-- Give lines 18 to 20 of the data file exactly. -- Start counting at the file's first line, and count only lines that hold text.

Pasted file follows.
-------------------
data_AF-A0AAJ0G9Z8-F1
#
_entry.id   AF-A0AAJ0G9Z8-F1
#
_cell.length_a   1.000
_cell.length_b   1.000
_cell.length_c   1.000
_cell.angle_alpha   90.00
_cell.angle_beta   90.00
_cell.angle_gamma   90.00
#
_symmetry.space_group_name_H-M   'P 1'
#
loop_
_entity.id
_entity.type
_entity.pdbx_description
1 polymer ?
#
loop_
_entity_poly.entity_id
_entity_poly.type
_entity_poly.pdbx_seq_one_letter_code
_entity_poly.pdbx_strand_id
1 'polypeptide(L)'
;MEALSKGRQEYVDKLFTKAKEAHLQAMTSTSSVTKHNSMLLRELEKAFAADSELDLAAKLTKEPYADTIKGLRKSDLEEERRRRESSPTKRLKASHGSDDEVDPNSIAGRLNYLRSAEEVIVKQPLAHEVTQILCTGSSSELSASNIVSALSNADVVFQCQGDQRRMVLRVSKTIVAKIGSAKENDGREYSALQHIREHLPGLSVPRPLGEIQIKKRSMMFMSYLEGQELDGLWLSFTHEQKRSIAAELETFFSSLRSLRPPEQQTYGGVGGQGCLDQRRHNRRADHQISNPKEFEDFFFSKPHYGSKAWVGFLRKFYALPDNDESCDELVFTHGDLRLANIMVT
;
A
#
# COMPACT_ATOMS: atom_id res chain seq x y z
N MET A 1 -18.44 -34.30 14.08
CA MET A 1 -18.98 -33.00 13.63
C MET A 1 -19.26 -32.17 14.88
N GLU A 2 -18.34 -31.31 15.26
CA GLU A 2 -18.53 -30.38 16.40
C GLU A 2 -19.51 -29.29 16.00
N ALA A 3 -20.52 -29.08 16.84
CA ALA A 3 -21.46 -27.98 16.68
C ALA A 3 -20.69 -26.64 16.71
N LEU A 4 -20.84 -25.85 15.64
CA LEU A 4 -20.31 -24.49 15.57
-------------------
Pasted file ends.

1 polymer ?
#
loop_